There are certain things that Yuri Zipit knows: that being official food-taster for the leader of the Soviet Union requires him to drink too much vodka for a 12-year-old. That you do not have to be an Elephantologist to see that the great leader is dying. That Marshal Bruhah has been known to eat his own children, while Comrade Krushka is only fit to run a slaughterhouse, and that one of them has Yuri's father somewhere here in the Dacha. That it's a crime to love your family more than you love Socialism, the Party or the Motherland. That, because of his damaged mind, everyone thinks Yuri is a fool. But Yuri isn't. He sits quietly through another excessive state dinner and witnesses it all - betrayals, body doubles, buffoonery. He's starting to get the hang of this politics thing, but there's so much to learn. Who knew that a man could be in five places at once? That someone could break your nose as a sign of friendship? That people could be disinvented? The Zoo is a cutting satire, told through the refreshing voice of one gutsy boy who will not give up on hope.
Patrick deWitt meets Catch 22, when a guileless young boy gets mixed up in Stalin's inner circle. 'A wonderfully inventive and slyly constructed novel, horrifying, horribly funny, and disgracefully entertaining.' John Banville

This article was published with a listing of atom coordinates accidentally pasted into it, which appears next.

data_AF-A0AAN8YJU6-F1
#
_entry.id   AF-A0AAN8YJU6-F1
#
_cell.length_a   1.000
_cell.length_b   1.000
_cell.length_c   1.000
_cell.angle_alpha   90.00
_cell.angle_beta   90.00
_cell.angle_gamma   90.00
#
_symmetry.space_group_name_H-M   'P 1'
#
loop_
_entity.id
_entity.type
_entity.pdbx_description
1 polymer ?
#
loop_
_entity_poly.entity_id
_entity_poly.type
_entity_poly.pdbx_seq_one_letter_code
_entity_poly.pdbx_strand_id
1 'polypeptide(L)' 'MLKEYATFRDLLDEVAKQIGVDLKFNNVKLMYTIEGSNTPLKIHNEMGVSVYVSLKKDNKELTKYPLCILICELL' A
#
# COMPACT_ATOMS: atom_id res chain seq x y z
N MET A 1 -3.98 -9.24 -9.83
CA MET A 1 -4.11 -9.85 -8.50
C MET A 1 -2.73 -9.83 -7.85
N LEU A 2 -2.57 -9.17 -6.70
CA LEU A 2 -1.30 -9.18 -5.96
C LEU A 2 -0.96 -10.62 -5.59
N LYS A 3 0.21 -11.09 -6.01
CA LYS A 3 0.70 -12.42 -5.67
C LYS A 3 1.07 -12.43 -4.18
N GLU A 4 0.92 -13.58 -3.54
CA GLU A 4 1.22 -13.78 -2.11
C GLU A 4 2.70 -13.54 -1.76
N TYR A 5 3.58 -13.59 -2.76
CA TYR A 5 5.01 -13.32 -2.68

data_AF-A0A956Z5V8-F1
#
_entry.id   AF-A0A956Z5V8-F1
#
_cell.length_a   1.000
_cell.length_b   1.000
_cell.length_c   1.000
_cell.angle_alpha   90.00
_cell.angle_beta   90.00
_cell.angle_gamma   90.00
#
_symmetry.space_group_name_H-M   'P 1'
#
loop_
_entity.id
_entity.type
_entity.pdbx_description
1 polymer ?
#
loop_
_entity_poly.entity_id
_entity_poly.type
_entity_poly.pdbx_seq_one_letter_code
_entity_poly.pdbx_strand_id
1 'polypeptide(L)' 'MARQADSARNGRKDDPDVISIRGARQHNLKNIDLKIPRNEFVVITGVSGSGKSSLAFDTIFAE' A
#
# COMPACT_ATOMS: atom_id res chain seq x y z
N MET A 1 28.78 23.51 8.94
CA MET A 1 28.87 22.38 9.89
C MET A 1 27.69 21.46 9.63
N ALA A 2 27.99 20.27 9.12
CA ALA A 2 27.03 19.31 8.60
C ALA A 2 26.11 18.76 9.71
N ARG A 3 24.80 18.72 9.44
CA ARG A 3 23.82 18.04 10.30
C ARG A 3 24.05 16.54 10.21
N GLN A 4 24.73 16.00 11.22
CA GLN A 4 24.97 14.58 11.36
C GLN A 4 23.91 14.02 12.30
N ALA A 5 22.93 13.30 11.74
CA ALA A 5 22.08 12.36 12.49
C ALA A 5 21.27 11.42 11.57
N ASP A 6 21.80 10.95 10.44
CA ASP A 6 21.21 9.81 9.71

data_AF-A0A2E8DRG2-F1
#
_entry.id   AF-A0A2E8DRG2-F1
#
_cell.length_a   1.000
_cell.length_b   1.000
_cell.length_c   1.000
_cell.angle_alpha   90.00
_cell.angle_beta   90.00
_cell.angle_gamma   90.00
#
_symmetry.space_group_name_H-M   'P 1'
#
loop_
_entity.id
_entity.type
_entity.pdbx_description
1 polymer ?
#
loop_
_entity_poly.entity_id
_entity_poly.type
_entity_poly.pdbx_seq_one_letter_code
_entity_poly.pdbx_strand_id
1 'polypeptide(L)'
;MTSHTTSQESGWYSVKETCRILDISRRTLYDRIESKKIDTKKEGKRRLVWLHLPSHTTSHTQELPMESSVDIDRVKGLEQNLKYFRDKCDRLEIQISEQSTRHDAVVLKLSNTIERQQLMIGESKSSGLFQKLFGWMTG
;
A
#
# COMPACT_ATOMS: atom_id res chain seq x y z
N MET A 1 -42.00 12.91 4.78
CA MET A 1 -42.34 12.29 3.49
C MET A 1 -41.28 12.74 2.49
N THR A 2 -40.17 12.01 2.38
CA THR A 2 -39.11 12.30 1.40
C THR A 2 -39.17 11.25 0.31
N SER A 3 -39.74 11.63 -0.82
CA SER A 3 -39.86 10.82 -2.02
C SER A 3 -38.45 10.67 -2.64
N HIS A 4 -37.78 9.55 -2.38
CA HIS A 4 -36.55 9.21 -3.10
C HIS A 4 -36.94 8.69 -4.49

Christopher Wilson is the author of novels including Gallimauf's Gospel, Baa, Blueglass, Mischief, Fou, The Wurd, The Ballad of Lee Cotton and Nookie. His work has been translated into several languages, adapted for the stage, longlisted for the Booker Prize, and twice shortlisted for the Whitbread Fiction Prize. Wilson completed a published PhD on the psychology of humour at LSE, worked as a research psychologist at UCL, The London Hospital and The Arts Council, and lectured for ten years at Goldsmiths' College, London University. He has taught creative writing in prisons, at university and for The Arvon Foundation. Wilson has also established a couple of new imprints - Lollapalooza and MojoBooks - as e-publishers of fiction, poetry and books on cultural studies and body-politics. He lives in North London.